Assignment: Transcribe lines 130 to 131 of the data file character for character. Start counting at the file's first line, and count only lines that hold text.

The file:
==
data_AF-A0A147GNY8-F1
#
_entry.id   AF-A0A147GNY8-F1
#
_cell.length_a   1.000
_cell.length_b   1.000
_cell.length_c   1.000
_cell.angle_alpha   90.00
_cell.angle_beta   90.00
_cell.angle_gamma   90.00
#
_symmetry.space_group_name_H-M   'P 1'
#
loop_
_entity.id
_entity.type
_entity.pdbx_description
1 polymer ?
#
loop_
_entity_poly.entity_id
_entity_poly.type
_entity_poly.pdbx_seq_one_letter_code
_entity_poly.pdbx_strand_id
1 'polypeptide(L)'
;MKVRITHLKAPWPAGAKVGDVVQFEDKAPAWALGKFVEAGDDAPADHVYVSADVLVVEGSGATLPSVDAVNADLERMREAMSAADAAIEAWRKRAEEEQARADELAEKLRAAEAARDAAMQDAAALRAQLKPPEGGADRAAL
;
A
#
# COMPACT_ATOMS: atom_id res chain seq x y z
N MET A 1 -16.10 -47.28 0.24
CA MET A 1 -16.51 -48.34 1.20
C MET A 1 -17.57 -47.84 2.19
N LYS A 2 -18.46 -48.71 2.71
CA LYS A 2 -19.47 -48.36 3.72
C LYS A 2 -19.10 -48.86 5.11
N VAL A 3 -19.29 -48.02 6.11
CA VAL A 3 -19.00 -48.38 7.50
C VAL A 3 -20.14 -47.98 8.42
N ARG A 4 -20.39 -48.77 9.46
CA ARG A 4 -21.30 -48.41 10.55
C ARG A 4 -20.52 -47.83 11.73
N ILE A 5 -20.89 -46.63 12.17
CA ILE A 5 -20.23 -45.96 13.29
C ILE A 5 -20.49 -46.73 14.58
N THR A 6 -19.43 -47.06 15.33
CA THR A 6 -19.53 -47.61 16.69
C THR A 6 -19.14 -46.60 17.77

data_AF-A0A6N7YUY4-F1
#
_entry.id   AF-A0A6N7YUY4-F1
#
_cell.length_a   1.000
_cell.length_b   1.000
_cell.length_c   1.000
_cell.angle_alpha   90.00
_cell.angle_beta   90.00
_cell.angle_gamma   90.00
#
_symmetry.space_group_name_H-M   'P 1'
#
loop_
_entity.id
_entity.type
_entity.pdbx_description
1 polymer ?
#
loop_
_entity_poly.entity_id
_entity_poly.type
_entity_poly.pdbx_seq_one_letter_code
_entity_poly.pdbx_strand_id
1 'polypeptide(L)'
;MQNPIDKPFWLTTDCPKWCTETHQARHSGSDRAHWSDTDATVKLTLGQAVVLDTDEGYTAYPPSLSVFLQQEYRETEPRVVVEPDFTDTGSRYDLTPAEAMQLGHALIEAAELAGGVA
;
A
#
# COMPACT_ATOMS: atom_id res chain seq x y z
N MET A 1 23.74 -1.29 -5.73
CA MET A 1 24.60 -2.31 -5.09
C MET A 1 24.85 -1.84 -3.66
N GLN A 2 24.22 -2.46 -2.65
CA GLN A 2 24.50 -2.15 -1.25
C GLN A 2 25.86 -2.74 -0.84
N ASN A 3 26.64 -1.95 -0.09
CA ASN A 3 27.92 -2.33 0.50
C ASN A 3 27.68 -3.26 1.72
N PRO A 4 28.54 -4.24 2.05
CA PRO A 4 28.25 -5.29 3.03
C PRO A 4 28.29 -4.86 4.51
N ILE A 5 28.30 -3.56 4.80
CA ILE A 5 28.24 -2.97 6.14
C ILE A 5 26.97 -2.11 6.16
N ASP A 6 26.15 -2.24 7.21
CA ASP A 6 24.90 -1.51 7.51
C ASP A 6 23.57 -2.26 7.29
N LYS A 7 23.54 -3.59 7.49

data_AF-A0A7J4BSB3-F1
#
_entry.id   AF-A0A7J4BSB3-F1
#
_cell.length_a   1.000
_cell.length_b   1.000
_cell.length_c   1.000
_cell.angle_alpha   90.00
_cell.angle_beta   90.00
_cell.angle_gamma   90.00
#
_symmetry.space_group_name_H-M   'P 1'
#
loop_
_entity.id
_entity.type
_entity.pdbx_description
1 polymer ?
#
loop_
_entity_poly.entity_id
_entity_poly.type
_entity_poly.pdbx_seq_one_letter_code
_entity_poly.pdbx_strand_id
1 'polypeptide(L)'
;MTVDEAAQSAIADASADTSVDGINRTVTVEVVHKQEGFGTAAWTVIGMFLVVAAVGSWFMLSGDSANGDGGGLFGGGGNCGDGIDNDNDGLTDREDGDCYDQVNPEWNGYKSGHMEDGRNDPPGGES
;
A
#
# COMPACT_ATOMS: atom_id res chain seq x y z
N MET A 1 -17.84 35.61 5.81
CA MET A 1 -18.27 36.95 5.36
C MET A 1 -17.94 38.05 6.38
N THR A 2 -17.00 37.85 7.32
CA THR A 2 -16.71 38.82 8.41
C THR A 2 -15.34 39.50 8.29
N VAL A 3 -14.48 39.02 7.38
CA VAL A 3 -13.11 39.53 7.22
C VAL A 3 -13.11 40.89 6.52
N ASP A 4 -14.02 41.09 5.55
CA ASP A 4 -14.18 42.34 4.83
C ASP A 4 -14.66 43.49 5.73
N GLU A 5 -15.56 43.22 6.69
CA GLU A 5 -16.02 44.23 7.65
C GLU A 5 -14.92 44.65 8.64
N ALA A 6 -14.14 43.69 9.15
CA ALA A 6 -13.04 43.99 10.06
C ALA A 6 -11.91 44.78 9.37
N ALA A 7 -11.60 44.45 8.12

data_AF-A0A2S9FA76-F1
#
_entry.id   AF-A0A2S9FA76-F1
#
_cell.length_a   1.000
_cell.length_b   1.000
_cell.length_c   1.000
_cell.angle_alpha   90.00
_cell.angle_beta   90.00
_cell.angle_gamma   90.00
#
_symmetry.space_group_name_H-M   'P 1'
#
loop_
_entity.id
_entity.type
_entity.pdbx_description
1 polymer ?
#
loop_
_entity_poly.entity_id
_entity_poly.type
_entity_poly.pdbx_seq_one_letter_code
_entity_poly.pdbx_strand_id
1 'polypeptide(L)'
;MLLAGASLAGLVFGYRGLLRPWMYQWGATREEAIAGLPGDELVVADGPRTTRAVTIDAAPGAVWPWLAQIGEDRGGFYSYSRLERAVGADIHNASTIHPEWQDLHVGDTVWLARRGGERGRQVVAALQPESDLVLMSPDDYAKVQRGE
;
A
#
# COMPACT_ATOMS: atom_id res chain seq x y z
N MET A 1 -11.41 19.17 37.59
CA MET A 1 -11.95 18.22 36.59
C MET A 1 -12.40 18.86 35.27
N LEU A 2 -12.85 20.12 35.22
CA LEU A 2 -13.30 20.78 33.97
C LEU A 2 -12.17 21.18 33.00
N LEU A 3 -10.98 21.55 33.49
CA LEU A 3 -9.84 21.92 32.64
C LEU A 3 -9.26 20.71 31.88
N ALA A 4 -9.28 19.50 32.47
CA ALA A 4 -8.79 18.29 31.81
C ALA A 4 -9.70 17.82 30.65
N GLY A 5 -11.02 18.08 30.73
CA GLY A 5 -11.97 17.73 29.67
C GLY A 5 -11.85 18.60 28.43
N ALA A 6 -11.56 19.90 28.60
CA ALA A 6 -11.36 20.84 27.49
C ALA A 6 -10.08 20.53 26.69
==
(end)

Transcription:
C MET A 1 -17.94 38.05 6.38
N THR A 2 -17.00 37.85 7.32